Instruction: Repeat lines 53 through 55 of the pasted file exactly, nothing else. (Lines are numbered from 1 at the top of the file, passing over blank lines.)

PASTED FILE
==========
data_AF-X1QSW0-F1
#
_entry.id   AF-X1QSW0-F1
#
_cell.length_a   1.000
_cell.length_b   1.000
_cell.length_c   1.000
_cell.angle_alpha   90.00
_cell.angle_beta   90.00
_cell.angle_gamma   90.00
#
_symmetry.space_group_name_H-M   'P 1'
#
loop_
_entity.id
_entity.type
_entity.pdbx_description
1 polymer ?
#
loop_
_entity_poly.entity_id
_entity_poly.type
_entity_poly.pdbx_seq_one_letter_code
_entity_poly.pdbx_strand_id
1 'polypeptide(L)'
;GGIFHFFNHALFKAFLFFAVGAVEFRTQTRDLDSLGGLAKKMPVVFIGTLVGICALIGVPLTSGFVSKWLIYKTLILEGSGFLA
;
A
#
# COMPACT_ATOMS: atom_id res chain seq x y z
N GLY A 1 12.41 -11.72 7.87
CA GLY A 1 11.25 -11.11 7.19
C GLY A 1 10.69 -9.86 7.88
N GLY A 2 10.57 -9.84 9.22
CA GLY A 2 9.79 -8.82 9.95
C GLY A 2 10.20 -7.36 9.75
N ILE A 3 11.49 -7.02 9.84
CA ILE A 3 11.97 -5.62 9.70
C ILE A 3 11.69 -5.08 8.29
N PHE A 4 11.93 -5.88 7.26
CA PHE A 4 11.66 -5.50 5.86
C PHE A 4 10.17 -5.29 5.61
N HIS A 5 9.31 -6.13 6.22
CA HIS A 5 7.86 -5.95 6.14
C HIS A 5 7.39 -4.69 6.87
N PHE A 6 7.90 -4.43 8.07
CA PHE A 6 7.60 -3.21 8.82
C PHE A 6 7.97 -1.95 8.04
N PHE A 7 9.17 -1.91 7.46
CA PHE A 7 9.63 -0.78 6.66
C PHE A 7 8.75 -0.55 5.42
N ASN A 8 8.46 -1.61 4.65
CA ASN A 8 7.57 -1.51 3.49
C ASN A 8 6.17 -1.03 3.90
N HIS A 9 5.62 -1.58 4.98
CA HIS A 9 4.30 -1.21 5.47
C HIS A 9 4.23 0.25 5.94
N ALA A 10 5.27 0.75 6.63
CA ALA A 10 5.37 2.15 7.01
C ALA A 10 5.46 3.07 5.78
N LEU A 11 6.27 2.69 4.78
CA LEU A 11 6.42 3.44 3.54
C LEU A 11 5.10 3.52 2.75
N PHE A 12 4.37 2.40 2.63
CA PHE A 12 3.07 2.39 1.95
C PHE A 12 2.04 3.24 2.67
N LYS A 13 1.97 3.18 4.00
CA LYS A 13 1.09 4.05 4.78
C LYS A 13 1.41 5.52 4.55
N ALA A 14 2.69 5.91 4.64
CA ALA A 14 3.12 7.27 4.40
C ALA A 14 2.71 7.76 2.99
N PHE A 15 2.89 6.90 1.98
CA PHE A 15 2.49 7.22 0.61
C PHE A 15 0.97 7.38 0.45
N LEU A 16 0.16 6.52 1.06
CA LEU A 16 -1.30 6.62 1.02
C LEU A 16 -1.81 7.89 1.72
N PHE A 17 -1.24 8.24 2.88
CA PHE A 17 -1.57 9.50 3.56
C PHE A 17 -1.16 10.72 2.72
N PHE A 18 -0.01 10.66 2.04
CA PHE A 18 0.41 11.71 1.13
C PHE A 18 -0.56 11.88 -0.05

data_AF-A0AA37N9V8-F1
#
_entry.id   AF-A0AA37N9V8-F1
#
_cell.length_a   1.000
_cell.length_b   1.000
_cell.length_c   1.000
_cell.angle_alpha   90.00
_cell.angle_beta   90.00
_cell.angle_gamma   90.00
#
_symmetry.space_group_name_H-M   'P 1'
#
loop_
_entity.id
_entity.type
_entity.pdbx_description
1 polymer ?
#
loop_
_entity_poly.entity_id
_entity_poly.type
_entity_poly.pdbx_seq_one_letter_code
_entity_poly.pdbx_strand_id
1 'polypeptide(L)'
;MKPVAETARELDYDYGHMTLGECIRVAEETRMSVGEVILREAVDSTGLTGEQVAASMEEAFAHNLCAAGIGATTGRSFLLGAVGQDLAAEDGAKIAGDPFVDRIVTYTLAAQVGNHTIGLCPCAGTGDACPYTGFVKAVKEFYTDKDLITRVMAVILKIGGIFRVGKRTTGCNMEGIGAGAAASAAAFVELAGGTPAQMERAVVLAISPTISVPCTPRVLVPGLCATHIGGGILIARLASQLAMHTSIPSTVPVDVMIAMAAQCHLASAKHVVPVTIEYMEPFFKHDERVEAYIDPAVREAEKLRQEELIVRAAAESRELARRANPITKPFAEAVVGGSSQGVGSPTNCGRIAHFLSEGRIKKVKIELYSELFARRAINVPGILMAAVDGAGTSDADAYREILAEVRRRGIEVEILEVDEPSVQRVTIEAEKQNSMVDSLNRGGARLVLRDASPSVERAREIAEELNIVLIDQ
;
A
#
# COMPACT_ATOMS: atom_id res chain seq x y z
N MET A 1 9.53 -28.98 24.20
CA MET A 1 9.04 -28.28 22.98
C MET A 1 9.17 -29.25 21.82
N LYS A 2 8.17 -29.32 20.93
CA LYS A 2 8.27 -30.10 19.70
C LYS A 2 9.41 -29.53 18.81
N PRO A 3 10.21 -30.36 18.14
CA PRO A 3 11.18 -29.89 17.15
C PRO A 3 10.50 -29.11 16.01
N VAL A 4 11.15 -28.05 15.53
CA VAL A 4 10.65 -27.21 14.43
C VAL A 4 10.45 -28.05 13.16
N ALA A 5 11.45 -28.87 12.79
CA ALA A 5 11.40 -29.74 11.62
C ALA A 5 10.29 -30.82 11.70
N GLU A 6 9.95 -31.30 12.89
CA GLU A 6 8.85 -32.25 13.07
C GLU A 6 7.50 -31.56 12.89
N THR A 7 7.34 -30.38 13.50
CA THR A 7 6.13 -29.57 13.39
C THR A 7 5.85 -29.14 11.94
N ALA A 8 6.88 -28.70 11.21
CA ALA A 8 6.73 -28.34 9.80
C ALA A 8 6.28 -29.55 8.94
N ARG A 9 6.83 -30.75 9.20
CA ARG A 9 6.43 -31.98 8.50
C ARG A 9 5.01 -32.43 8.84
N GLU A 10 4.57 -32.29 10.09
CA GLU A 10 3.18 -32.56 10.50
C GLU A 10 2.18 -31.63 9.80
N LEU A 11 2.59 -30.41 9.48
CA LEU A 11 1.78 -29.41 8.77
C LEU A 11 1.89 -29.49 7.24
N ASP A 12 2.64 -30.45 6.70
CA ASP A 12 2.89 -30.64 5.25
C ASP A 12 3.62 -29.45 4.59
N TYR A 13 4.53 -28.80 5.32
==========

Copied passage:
CA ASN A 8 7.57 -1.51 3.49
C ASN A 8 6.17 -1.03 3.90
N HIS A 9 5.62 -1.58 4.98